At this point, a second proximity correction, e.g. model-based OPC, can be performed in step 308. In model-based OPC, a real pattern transfer can be simulated (i.e. predicted) with a set of mathematical formulas (i.e. two-dimensional models provided in step 307). In model-based OPC, the edges of each shifter can be dissected into a plurality of segments, thereby allowing these segments to be individually moved to correct for proximity effects. The placement of the dissection points is determined by the shifter shape, size, and/or position relative to other features. After applying the first and second proximity corrections (in any order) to the PSM layout, the phase shifting mask is ready for manufacture in step 309.
One of the main challenges in mask manufacture is the effective use of system resources. Unfortunately, emulating the aerial image using AIMS requires a physical mask, which can take valuable time to make. Moreover, the image capture and emulation components in AIMS are complex, expensive components. Thus, using AIMS adds considerable time and expense to mask manufacturing. Simulation of the aerial image can also expend limited system resources. Specifically, because of the complexity of computation being performed (i.e. the mask topographies as well as the multitude of stepper parameters to consider), simulation of the aerial image can be extremely time consuming and resource intensive. Therefore, a need arises for a method of correcting for image intensity imbalance in a cost effective manner.
SUMMARY OF THE INVENTION
In accordance with one feature of the invention an image intensity imbalance for a phase shifting mask (PSM) layout can be corrected using a near-field image. Because an aerial image is not used, various exposure conditions and parameters associated with the stepper need not be considered, thereby significantly simplifying the computations to determine the appropriate correction. Of importance, using the near-field image can provide substantially the same correction generated using the aerial image. Thus, using the near-field image can provide a sufficiently accurate and quicker correction for image intensity imbalance as compared to fully simulating the aerial image.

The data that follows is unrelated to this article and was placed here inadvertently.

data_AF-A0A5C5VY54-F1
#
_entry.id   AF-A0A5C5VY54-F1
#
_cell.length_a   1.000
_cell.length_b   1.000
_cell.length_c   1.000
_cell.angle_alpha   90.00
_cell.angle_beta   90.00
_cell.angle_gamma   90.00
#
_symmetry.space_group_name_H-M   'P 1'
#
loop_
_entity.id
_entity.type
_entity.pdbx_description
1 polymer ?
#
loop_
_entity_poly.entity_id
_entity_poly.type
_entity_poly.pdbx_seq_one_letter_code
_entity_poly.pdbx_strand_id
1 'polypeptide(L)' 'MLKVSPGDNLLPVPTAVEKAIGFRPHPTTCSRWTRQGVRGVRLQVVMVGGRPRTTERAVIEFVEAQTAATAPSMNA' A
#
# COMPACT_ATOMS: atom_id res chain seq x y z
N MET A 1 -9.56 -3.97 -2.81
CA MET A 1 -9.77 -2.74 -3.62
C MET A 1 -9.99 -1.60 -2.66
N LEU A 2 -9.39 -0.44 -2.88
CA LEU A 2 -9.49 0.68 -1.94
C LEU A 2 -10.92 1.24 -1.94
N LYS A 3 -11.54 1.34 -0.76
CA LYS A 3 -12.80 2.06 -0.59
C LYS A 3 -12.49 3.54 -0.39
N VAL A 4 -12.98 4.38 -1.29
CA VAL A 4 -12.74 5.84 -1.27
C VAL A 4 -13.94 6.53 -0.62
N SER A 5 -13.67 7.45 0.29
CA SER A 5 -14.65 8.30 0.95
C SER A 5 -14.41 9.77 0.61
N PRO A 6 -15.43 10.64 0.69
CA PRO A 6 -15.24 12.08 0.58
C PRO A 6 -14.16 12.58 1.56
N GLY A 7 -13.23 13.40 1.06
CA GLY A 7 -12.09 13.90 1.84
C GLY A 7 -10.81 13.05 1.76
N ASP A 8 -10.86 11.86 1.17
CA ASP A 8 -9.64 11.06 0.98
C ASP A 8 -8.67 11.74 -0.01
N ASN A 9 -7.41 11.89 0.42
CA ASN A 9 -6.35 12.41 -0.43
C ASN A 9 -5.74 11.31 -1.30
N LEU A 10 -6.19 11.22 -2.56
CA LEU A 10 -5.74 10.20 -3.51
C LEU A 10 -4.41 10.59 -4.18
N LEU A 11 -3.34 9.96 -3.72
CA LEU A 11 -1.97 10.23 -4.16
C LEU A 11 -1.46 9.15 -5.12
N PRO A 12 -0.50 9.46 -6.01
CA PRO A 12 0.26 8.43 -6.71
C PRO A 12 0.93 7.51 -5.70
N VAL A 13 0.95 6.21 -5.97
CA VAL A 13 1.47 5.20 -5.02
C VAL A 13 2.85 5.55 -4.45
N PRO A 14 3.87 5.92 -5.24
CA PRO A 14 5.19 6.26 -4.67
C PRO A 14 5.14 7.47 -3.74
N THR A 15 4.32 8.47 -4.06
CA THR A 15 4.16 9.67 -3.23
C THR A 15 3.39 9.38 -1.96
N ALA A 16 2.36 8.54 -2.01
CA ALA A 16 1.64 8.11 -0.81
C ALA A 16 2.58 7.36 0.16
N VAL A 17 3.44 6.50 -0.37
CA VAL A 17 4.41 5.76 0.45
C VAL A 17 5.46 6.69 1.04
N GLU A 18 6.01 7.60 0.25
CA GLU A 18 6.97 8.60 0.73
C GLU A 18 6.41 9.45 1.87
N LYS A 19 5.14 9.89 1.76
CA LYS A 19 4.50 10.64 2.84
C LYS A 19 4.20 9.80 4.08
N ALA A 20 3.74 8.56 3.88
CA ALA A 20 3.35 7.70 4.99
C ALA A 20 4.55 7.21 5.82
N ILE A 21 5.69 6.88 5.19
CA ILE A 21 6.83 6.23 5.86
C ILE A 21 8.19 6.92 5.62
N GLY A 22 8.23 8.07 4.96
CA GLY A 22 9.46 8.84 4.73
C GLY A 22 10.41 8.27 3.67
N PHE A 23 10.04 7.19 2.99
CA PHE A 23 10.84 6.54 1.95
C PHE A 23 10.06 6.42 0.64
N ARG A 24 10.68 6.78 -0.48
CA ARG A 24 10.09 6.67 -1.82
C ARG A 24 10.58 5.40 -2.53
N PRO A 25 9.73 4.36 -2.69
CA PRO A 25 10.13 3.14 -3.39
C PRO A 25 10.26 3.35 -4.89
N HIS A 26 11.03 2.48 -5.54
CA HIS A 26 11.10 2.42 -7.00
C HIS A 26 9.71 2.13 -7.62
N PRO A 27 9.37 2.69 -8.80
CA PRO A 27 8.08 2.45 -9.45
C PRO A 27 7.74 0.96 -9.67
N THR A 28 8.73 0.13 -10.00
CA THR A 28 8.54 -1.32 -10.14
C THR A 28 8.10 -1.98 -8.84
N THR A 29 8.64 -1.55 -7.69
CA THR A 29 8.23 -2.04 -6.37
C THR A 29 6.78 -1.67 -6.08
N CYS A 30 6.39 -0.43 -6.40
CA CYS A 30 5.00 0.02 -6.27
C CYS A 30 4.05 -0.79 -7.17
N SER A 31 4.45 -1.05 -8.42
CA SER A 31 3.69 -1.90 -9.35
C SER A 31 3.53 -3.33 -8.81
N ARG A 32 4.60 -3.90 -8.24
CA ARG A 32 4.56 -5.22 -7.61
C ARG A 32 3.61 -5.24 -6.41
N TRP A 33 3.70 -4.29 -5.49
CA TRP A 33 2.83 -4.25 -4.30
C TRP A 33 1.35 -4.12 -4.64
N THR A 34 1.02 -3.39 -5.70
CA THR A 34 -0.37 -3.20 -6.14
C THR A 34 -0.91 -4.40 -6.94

In one embodiment, the correction for image intensity imbalance includes determining a bias for each shifter in a pair of phase shifters in the PSM layout. The bias can refer to N nm, wherein the initial width of a 0-degree shifter in the pair is decreased by N nm and the initial width of a 180-degree shifter (which is the same as the width of the 0-degree shifter) in the pair is increased by N nm.
Determining the bias can include integrating areas under a waveform, wherein the waveform represents the near-field image associated with the PSM. Specifically, a first area corresponding to a transmission of a first phase shifter in the pair of phase shifters can be integrated. Additionally, a second area corresponding to a transmission of a second phase shifter in the pair of phase shifters can also be integrated. Note that the exposure radiation transmitted by the first phase shifter is approximately 180 degrees out of phase with exposure radiation transmitted by the second phase shifter. After the integration of the first and second areas, a difference between the second area and the first area can be computed. This difference can be divided by the first area, thereby generating a normalized result. This normalized result (called an integrated intensity ratio or IIR) can be used to determine the appropriate bias, i.e. the bias that substantially corrects the image intensity imbalance for that size of shifters.